Musicians abroad look to Korean folk song for some inspiration

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Musicians abroad look to Korean folk song for some inspiration

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The European Jazz Trio recorded two Jindo Arirang tracks. From left to right: Roy Dackus (drums), Marc van Roon (piano) and Frans van der Hoeven (bass).

Swedish jazz guitarist Ulf Wakenius has a novel way of describing his group’s newest sound.

“I guess you could call our music the Arirang of northern Europe, or Nordic Arirang,’” Wakenius said.

Arirang, a traditional Korean folk song, is known for expressing han - a unique aspect of the piece that roughly translates into sad undertones in lyrics and sounds - and heung, a livelier part that balances it out.

Now, the Korean Traditional Performing Arts Foundation has decided to release an album featuring Arirang-inspired songs by Wakenius and other artists from numerous countries including the United States, Germany, the Netherlands and Japan.

Different areas of Korea have produced different versions of Arirang. For example, there is a Jeongseon Arirang, a Miryang Arirang, a Jindo Arirang and a Gyeonggi Arirang. Additionally, each area boasts about 10 different versions of its own. By some estimations, there are about 8,000 variations of Arirang in Korea.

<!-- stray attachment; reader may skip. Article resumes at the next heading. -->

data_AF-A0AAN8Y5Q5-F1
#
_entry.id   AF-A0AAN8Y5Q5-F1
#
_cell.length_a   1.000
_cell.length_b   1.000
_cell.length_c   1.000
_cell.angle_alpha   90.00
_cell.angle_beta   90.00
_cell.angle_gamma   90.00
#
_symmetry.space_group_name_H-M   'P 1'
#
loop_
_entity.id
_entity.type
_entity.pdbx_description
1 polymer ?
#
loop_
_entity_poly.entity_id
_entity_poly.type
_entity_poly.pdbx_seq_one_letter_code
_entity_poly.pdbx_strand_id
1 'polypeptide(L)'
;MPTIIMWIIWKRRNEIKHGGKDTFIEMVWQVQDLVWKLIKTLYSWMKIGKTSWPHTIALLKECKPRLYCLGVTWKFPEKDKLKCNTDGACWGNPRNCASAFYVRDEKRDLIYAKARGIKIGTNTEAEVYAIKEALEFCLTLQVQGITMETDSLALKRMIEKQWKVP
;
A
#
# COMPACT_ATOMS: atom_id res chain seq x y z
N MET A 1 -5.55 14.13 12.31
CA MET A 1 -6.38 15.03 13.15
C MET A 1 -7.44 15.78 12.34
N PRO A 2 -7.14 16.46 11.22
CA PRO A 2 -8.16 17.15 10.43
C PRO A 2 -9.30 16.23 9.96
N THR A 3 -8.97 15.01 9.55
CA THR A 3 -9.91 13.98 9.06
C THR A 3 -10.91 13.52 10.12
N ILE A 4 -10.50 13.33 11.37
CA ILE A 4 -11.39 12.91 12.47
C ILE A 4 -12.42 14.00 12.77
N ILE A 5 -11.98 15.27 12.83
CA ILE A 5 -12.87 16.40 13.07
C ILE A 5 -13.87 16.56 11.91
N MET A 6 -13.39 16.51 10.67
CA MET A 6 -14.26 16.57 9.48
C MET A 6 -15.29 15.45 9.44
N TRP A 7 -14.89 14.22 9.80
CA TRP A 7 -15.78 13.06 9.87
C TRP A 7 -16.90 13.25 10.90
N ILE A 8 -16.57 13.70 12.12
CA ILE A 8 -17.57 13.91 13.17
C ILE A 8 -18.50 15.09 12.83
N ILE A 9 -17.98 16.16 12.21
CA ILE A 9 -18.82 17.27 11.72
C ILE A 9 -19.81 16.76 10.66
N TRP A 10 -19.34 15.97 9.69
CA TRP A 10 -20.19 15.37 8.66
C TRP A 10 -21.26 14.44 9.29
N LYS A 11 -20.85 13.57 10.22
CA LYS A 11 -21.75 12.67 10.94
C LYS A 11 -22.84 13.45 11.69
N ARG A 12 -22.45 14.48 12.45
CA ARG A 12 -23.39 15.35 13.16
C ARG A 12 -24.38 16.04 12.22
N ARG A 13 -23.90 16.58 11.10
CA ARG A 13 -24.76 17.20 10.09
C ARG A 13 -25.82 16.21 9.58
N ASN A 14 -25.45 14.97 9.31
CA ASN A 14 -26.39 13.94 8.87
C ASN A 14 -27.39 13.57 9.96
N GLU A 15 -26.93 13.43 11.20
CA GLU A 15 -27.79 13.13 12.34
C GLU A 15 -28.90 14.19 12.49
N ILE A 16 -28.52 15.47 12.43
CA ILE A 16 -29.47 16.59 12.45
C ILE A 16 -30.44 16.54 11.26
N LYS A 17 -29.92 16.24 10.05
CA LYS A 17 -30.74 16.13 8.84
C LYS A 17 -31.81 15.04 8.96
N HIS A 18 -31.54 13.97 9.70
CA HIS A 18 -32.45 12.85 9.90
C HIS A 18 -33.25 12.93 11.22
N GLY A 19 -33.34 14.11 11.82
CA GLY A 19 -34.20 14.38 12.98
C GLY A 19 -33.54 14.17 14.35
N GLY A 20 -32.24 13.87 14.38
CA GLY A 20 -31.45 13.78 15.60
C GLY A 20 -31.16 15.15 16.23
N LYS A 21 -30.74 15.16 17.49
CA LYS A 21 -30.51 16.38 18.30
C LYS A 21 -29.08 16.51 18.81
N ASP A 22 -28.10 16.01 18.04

These variations are catching on with musicians worldwide, who are incorporating the style into a variety of genres including new age, crossover and jazz. This new type of hybrid music is giving rise to a new genre called “European Arirang.” The han and heung concepts still linger, but with a modern touch for contemporary listeners.

The foundation’s upcoming album will showcase songs by Norwegian jazz vocalist Inga Marie, who made her debut in 2005; the European Jazz Trio, which currently has a growing fan base in Korea; guitarist Jesse van Ruller; and new age pianist George Winston, among others.

The artists say they were surprised to see how well Arirang music can blend in with the sounds of a guitar. Jazz columnist Kim Chung-nam said that the famous U.S. jazz musician Stan Getz was able to do the same with Brazil’s bossa nova movement during the 1960s.

“I hope these musicians will introduce Korea’s Arirang movement to the international music community, just like Getz,” he said.


By Bae Noh-pil [estyle@joongang.co.kr]
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